Antetokounmpo finished with 31 points, 14 rebounds and 8 assists in the game and went to the line for 14 free throw attempts. The Knicks had just 16 as a team. Milwaukee was called for just 14 fouls and yet recorded 11 blocked shots.
The Bucks swept the home-and-home series, which began on Christmas Day at the Garden. This ends the season series, which means the Knicks won’t have to see Antetokounmpo again until 2019-20. He first had issues with Mario Hezonja and now Kanter. It put a little juice into the game and Fizdale tried to use it as a teaching moment for his young team.
“It got heated, that’s good stuff,” Fizdale said. “I told our young guys in the huddle after the ejection, I said, ‘This is what the playoffs feel like. A team beats you on your floor the last game you’ve got to come back and try to win. People’s heads are getting split open.’ I’ve seen that multiple times in a playoff series so just for the young guys that were still out there, it was a lesson and I wanted them to keep competing.”
The Knicks couldn’t keep pace, however, as their shooting issues overwhelmed them in the fourth quarter (6 for 21 from the field) and the Bucks ran away with it. The Knicks (9-27) have now lost six straight games and 11 of their last 12. They own the second-worst record in the NBA as they just began a season-long six-game road trip which continues out west.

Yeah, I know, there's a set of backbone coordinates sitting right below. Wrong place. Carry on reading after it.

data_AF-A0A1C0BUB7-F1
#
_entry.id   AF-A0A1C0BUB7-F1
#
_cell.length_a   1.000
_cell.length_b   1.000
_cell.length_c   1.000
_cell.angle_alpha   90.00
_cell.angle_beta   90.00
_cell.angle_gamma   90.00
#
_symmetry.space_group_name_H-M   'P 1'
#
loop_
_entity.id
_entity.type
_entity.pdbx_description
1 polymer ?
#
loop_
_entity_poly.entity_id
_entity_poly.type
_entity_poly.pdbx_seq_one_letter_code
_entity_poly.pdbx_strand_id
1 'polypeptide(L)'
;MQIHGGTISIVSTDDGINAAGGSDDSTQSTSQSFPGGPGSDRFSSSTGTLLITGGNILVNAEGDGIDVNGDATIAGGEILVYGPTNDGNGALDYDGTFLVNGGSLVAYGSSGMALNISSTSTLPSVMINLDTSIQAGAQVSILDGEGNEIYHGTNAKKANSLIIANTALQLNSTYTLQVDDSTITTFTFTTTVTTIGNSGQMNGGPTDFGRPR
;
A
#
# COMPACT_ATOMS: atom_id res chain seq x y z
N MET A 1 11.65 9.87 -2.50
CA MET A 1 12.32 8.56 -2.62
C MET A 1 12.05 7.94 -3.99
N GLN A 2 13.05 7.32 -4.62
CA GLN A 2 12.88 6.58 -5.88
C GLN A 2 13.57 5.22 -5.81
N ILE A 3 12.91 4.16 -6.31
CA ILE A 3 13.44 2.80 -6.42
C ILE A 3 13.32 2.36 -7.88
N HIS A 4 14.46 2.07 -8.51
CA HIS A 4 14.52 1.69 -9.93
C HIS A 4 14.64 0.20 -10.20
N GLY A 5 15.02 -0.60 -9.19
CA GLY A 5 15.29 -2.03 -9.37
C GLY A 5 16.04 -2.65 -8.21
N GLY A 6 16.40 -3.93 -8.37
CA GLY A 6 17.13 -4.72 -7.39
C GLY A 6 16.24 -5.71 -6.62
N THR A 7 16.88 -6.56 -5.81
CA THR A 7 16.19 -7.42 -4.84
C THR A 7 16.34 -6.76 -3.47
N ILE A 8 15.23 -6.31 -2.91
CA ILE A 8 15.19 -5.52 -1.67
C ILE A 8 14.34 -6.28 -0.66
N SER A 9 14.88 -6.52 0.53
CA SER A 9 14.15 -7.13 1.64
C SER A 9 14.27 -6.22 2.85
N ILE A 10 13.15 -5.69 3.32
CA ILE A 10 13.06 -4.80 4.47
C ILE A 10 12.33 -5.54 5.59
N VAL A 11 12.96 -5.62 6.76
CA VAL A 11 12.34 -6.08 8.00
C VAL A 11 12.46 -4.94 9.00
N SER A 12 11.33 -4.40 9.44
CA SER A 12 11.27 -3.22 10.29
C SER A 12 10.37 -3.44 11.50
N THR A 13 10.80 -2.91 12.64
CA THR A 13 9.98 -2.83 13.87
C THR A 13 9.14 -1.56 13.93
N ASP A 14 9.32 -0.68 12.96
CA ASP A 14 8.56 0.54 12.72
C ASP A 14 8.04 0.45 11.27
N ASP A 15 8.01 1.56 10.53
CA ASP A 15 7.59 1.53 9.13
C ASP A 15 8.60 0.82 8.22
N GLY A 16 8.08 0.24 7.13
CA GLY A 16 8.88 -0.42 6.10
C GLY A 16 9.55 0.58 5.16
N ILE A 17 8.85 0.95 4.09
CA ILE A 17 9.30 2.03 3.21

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* – Kanter came off the bench because he was replaced by Luke Kornet in the starting lineup. As the losses pile up and the defense continues to be an issue, Fizdale felt Kornet’s three-point shooting and better defensive awareness deserved a look. Kornet responded by drilling his first two threes of the game and it turned into a career-best performance of 23 points on 7 of 11 shooting from downtown. Kornet also added five assists and a blocked shot. “That’s what I was hoping for,” Fizdale said. “A guy that’s going to space the floor for us, open up the floor for us to be able to attack the paint and make plays.” Kornet matched up against Brook Lopez, whose own three-point ability (he made 3 of 6) pulled him away from the paint. Two 7-footers raining threes from the perimeter and neither one even once posted up. If you ever see former Bulls first round pick Brad Sellers — Mayor of Warrensville Heights, OH — ask him if he feels like he was born too early.